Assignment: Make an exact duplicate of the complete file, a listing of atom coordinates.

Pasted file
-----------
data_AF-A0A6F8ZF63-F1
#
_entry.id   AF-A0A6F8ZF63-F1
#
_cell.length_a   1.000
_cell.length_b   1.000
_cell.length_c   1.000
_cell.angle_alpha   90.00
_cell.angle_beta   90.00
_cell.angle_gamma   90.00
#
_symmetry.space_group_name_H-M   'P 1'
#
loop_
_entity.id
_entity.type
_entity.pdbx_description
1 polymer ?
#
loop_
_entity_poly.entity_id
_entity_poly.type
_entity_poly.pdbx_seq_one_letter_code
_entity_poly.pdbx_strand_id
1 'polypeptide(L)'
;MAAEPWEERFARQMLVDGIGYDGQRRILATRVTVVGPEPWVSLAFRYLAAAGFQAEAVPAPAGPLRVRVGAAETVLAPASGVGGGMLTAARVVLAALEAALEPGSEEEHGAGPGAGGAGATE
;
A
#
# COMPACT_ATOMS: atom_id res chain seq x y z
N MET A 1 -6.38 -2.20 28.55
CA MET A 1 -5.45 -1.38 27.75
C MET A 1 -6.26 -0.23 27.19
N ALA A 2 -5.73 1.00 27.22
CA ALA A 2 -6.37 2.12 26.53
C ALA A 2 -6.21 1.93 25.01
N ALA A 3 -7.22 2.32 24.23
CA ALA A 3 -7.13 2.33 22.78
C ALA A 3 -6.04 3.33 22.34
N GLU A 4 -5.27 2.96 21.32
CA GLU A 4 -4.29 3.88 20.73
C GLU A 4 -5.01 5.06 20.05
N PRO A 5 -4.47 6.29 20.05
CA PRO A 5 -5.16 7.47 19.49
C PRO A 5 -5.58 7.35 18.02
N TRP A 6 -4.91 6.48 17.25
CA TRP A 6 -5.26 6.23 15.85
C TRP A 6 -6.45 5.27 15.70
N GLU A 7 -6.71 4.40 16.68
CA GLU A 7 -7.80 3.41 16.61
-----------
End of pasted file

data_AF-A0A6F8ZF63-F1
#
_entry.id   AF-A0A6F8ZF63-F1
#
_cell.length_a   1.000
_cell.length_b   1.000
_cell.length_c   1.000
_cell.angle_alpha   90.00
_cell.angle_beta   90.00
_cell.angle_gamma   90.00
#
_symmetry.space_group_name_H-M   'P 1'
#
loop_
_entity.id
_entity.type
_entity.pdbx_description
1 polymer ?
#
loop_
_entity_poly.entity_id
_entity_poly.type
_entity_poly.pdbx_seq_one_letter_code
_entity_poly.pdbx_strand_id
1 'polypeptide(L)'
;MAAEPWEERFARQMLVDGIGYDGQRRILATRVTVVGPEPWVSLAFRYLAAAGFQAEAVPAPAGPLRVRVGAAETVLAPASGVGGGMLTAARVVLAALEAALEPGSEEEHGAGPGAGGAGATE
;
A
#
# COMPACT_ATOMS: atom_id res chain seq x y z
N MET A 1 -6.38 -2.20 28.55
CA MET A 1 -5.45 -1.38 27.75
C MET A 1 -6.26 -0.23 27.19
N ALA A 2 -5.73 1.00 27.22
CA ALA A 2 -6.37 2.12 26.53
C ALA A 2 -6.21 1.93 25.01
N ALA A 3 -7.22 2.32 24.23
CA ALA A 3 -7.13 2.33 22.78
C ALA A 3 -6.04 3.33 22.34
N GLU A 4 -5.27 2.96 21.32
CA GLU A 4 -4.29 3.88 20.73
C GLU A 4 -5.01 5.06 20.05
N PRO A 5 -4.47 6.29 20.05
CA PRO A 5 -5.16 7.47 19.49
C PRO A 5 -5.58 7.35 18.02
N TRP A 6 -4.91 6.48 17.25
CA TRP A 6 -5.26 6.23 15.85
C TRP A 6 -6.45 5.27 15.70
N GLU A 7 -6.71 4.40 16.68
CA GLU A 7 -7.80 3.41 16.61